Islamic State doesn’t exist in Kashmir Valley, says Home Ministry – The Hindu
Thursday, March 1, 2018
Women hold a black flag — similar to the ones used by militant group Islamic State — during the funeral procession of Mugees Ahmad Mir, whom security forces identified as a local militant, in Srinagar on November 18, 2017. Photo: Special Arrangement
A Union Home Ministry official says there was no “physical infrastructure” of terror group in the Kashmir Valley.
The Home Ministry said on Tuesday that an engineering student who recently joined militancy had pushed a message on an Islamic State-affiliated news agency that the outfit had killed a policeman in Srinagar’s Soura area on Sunday. A senior Ministry official said there was no “physical infrastructure” of the IS in the Kashmir Valley and the militant might have used the platform to create confusion.
The militant, Eisa Fazli, who the Home Ministry said was associated with both Lashkar-e-Taiba (LeT) and Hizbul Mujahideen, had pushed the message on news agency Amaq along with a picture of the dead policeman and his rifle.
Jammu and Kashmir DGP S.P Vaid told The Hindu that Fazli was associated with Tehreek-ul-Mujahideen (TuM). The outfit that was active in the 90s when militancy was at its peak in the Valley has bounced back in the past few months.
Constable Farooq Ahmed Yatoo was killed when unidentified militants fired on him while he was guarding the residence of separatist leader Fazal Haq Qureshi in Soura, on the outskirts of Srinagar.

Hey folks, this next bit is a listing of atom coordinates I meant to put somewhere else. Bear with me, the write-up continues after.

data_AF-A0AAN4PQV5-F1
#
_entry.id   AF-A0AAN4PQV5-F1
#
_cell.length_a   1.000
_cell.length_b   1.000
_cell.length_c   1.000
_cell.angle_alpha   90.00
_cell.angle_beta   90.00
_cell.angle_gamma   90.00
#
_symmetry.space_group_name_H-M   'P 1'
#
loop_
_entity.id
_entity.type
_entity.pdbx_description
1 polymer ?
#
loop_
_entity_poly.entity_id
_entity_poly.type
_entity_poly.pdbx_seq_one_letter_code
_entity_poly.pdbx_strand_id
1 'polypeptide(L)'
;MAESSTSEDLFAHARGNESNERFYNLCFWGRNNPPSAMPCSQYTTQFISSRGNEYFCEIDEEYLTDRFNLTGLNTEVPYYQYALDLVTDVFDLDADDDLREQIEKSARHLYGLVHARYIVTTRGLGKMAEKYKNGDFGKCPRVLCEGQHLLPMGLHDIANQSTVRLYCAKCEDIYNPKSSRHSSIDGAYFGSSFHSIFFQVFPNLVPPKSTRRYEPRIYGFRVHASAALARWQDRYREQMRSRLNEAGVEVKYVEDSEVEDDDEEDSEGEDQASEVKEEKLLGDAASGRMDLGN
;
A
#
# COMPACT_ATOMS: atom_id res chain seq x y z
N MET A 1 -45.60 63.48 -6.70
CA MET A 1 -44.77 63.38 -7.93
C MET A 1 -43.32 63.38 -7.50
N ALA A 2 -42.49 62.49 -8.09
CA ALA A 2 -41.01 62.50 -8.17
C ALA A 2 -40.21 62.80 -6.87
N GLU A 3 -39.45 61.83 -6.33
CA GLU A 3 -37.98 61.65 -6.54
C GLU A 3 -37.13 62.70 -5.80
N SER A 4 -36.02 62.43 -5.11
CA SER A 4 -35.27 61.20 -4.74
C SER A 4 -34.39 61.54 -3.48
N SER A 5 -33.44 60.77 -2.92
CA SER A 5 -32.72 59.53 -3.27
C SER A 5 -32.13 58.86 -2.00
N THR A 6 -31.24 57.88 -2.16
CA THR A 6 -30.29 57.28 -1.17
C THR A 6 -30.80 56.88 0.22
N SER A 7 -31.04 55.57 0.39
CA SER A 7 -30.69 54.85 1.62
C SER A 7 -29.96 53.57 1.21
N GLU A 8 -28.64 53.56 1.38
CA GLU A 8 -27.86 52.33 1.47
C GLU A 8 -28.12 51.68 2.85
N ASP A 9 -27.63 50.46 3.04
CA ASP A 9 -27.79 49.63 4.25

Mr. Vaid said that Fazli, who also belongs to Soura, was seen near the murder site and that has led them to believe that he passed on Yatoo’s photograph and that of his rifle to Amaq.
More than 24 hours after Yatoo was killed, Amaq released a message saying this was the second attack by IS militants in the past four months.
The first attack they referred to was that in Zakura area on the outskirts of Srinagar on November 17 when a J&K police sub-inspector was killed, a special police officer was injured and alleged militant Mugees Ahmed was gunned down in retaliatory fire. At the time, the attack was also claimed by TuM.
‘Lone wolf attack’
“We are investigating the claims. Right now we don’t have substantial proof of this but may be it looks like a lone wolf attack inspired by someone with IS ideology. Eisa Fazli was seen near the site where the policeman was killed,” said Mr. Vaid.
Fazli, who enrolled for a B.Tech course at the Baba Ghulam Shah Badshah University (BGSBU) in Rajouri in 2014, went missing on August 17 last year.
Later, a video surfaced showing him holding a sophisticated weapon and claiming that he had joined the Al-Qaeda.
When asked why would Fazli post a message on an IS-affiliated website when he was a self declared member of Al-Qaeda, Mr. Vaid said, “As per our information, he belongs to TuM. It could have been done deliberately to misguide the investigators. These are claims and counter claims.”
Earlier on Sunday, Constable Kultair Singh, who is from Samba, was also fired upon by militants outside the Chrar-e-Sharief shrine in Budgam.
He later succumbed to his injuries.
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